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Alex Bass
Rachel Efstathion
ENC 2135
3-1-16
Project 2
Introduction
Victims of crime face long lasting damage, more specifically victims of sexual assault. I
am interested in this topic because I need to know why the victim is just recently becoming
significant. In my eyes, the victim is the most important in any case, regardless of the severity of
the crime. Majority of victims of crime feel as if they cannot confide in the criminal justice
system and are ignored and belittled. One should not have to get the top ranked prosecutor in
their state to receive the attention needed for justice due to a criminal act. That needs to change.
Feeling safe is an important quality of life. According to Linda Fairstein and Haley Clark, the
criminal justice system discriminates against victims of rape. Clark states victims lack
communication with the system, therefore it is unethical. Rape is one of the most under-reported
crimes. The argument for rape coming mainly from men, is how women present themselves,
(even though there should be no argument at all). Men argue that women should restrict certain
behaviors, and avoid wearing risqu clothing. They basically blame the victims themselves for
why they were sexually assaulted. All rape victims deserve justice, and this needs to be
addressed in order for rape crimes to decrease, and compensation does not fix it. Florida State
University has over 400 emergency blue light telephones on campus due to crimes such as rape;
this is one way for women especially, to feel somewhat protected and it lowers the potential of

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serious crime. College campuses and the world in general need to be more educated about these
matters; offering classes on how to avoid rape, what to do if it does occur, who to contact, and to
provide information and possibly a safe place can decrease the risk of becoming a victim.
Millions of women are raped every year, which creates the endless fear of being sexually
assaulted in their lifetime. Consequently, women have begun to cover their drinks when they are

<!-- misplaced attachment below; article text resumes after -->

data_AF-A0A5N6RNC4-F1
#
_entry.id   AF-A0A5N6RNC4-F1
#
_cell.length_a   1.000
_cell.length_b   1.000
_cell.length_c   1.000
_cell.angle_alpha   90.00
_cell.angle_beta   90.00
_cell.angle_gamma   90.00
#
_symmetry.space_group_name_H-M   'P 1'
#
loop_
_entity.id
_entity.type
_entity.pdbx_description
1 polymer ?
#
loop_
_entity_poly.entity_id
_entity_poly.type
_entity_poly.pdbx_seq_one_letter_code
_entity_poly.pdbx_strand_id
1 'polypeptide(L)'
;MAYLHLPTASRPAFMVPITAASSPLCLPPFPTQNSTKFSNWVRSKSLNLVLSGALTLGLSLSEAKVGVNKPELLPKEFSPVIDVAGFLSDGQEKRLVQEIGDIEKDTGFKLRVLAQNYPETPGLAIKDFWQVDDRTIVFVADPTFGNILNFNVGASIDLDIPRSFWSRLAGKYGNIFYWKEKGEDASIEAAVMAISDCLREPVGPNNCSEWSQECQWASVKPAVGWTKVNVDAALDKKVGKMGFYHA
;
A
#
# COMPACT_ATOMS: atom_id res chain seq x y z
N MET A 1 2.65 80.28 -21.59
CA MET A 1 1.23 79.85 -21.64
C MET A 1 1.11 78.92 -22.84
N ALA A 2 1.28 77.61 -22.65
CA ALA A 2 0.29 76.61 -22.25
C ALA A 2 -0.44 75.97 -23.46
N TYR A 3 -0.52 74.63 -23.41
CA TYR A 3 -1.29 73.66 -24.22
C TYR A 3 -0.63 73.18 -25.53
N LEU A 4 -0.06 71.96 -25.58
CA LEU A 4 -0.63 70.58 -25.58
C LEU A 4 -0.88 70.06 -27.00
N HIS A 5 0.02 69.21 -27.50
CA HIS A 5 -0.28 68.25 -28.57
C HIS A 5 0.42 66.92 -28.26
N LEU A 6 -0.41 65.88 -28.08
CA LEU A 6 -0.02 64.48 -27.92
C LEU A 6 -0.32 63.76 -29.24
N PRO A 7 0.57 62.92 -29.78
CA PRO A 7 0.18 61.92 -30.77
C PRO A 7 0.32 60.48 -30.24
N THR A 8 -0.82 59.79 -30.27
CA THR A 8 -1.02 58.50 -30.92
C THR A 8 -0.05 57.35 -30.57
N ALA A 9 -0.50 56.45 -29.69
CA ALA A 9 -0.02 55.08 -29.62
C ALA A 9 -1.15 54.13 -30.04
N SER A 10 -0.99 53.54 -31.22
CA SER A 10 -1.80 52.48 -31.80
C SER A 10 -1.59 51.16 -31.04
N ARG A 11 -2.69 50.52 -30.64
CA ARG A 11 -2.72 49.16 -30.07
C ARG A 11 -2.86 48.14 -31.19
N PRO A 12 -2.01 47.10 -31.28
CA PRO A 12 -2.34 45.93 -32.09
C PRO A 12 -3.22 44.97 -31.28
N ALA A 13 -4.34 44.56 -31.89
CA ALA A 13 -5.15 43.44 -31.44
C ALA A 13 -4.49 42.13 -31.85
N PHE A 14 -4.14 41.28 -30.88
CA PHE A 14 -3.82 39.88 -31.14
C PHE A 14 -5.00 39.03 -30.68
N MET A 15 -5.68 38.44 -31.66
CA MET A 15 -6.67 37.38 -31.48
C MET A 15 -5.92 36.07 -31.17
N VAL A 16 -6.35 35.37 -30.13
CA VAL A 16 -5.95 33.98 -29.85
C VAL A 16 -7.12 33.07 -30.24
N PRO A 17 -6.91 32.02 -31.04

out, avoid walking alone at night, and even stay in due to feeling unsafe. Supporting rape
survivors can lead them to speak out to inform the world on how serious it really is. Rapists must
serve their time, but if women continue to avoid the authorities, they will continue to rape.
Research does not address complete re-victimization and how that is one of the biggest fears in
why victims do not report the incident. They lose more than just their dignity but ongoing
amounts of money come along with it. The criminal justice system needs speak out to rape
victims in a more welcoming way. I encourage victims of rape to reach out, create support
groups that build relationships with whom understand each others struggle, and most
importantly know their rights. When victims can openly speak to one another about facing
assault, the issue within the criminal justice system can properly and more confidently be
addressed if their rights of privacy are understood. I argue that victims DO need to be notified of
their rights and compensated for the incident. This research addresses how the system deals with
victims and how the system needs to be upgraded.
Literature Review
In this article written by Haley Clark, she focuses on the criminal justice system not
receiving justice for rape victims. The main point of concern, is once again, maltreatment of
victims from the system. This relates overall, to each source previously stated, being a
reoccurring issue. Clark says victims lack information and communication with the system, and

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those who do approach it as being unethical (29). It is essential for every rape victim to be
believed by the system; then the power is in their hands. It is shocking to me that a crime as
detrimental as rape can be undermined.
This article produced by David Bryden and Sonja Lengnick was the most helpful in
regards to my topic because my focus is how the system treats the victims (1195). One of the
main ideas of this article is discrimination specifically targeted at sexual assault victims. The
research Clark conducted involved real victims and their experiences with the system,
considering it could not get any more accurate than using the victims themselves, this
information showed the victims standpoint (30). Clark created a table that properly addresses the
justice needs versus the system experiences. Key terms in this table were information, validation,
voice, control, and outcomes which each victim takes into account (36).
My most surprising find when organizing research on this topic, was Linda Fairsteins article
stating that rape crimes were generally viewed as victim precipitated and occurred because the
victim allowed it to (1138). Rape is one of the most controversial crimes, which saddens me;
sexual assault has the deepest effect on people and should not be questioned. The way the system
addresses the victims led me to the findings of impacts of rape on victims. Rape has a domino
effect, first dealing with the justice system if chosen to, and then most likely being degraded
which makes emotional trauma worsen further. It seems as if everyone knows about these
horrifying issues, yet do absolutely nothing about them. I have read countless articles about